Monday, April 28, 2014

Francis Beckwith on religious arguments in the public square

Here. Arguments are good or bad, and whether they are religious or not is irrelevant.

65 comments:

Saints and Sceptics said...

Oddly enough, we've just published an article on this :
http://www.saintsandsceptics.org/saints-secularism-and-sectarianism/

It follows the British Prime Minister's comments on "Christian Britain" and the secularist response.

Saints and Sceptics

Saints and Sceptics said...


London's Daily Telegraph describes the argument here:

http://www.telegraph.co.uk/comment/letters/10777417/David-Cameron-fosters-division-by-calling-Britain-a-Christian-country.html

Ilíon said...

"Arguments are good or bad, and whether they are religious or not is irrelevant."

But, but, but! How are the anti-religionists' "arguments" ever to prevail if they can't rule opposing views or arguments as invalid-by-definition?

planks length said...

This is related to all the times a well-known unskeptical person on this website will dismiss an argument or a citation because it's from (horrors) an apologist!

im-skeptical said...

"This is related to all the times a well-known unskeptical person on this website will dismiss an argument or a citation because it's from (horrors) an apologist!"

Where did you ever hear that? Citation, please.

Let's not forget that this is coming from someone who automatically dismisses all arguments against the accuracy of the New Testament. And yes, you have said that you've heard them all and found them lacking.

planks length said...

And that is "automatic" how?

im-skeptical said...

How is it automatic? How do you think it's not? There is no argument that you find to be worthwhile, no matter what it is. There happen to be some pretty good ones. Just no t good enough to get past your automatic rejection.

Ilíon said...

Someone has a "projection" going on.

Ilíon said...

... which may explain why he's so unbalanced.

planks length said...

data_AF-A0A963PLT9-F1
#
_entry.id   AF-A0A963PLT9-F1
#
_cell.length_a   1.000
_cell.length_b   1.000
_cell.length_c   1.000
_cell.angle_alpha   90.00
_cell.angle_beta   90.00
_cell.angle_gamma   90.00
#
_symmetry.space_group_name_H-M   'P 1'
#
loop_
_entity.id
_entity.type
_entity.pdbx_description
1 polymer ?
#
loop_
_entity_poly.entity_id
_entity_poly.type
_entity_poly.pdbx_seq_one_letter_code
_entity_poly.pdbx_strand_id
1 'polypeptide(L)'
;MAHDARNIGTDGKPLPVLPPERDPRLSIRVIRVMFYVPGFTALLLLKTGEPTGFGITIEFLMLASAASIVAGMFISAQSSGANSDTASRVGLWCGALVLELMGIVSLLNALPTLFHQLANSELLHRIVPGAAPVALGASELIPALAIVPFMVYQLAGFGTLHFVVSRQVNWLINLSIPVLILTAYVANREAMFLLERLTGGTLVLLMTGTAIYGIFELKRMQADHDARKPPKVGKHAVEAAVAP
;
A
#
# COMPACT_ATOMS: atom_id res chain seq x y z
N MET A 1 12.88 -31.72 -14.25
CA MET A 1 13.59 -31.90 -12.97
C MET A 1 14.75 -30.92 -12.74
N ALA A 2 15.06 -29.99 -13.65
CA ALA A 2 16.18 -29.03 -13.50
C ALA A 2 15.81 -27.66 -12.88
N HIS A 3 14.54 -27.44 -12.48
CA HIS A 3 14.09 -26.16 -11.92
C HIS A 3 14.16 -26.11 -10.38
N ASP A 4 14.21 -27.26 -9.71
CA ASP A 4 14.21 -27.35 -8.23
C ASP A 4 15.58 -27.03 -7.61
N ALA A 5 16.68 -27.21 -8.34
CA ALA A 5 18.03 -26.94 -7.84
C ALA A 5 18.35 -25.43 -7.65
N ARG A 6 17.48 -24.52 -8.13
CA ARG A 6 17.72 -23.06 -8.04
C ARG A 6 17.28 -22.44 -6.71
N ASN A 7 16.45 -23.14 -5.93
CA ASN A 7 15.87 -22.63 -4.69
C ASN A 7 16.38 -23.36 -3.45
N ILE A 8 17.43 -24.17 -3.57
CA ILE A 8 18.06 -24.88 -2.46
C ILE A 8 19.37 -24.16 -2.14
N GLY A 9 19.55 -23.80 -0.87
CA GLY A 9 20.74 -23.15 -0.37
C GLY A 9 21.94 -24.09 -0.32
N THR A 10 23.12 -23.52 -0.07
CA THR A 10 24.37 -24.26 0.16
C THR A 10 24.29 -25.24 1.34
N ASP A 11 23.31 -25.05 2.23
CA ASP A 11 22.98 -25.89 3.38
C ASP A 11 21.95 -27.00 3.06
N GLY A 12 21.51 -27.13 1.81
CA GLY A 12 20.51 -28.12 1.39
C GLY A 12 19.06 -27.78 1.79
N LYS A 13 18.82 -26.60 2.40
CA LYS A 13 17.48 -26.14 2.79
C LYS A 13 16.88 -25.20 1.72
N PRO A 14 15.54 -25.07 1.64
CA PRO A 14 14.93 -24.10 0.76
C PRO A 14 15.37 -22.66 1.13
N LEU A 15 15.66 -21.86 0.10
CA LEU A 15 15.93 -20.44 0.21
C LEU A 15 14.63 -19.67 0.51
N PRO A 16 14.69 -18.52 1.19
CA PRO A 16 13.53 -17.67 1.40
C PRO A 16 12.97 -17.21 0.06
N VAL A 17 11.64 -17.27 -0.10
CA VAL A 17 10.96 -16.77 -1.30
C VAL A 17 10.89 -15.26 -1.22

"How do you think it's not?"

It is not, because unlike you, who are the most unskeptical person I have ever come across, I have examined the arguments in depth over a period of many years (decades, actually), and found them woefully lacking.

Were you not so uncritically and unskeptically bound to your materialistic atheism, it would be blindingly apparent to you that even the very best arguments against the veracity of the New Testament narratives are built on a foundation of sand out of tissue paper.

The only "automatic" dismissals here are yours, and this is apparent to all except the willfully blind.

planks length said...

You beat me to it, Ilion. We must have been typing simultaneously!

im-skeptical said...

Faith beats physics, empirical evidence, history, and logic. And if you think otherwise, you are "uncritically and unskeptically bound to your materialistic atheism".

planks length said...

"Faith beats physics, empirical evidence, history, and logic"

Well, let's see here:

1. physics - has nothing whatsoever to do with whether or not the New Testament narratives are reliable. (But he likes to say "physics" - makes him sound kinda intelligent.) Strike one for im-gullible.

1. empirical evidence - what? Gullible doesn't have any? He just throws the word around like some magic incantation? Well, OK then, strike two.

3. history - What's that you say? Really? The New Testament texts have more confirmation any any other ancient document? Wha.. sorry to interrupt. You say that no one has ever successfully contradicted even the smallest historical detail in the Gospels? Really, never? In fact, you say, archeology is continuing to verify the details in the Gospels, while never, ever casting doubt on anything in them? Nothing at all? All right then, strike three.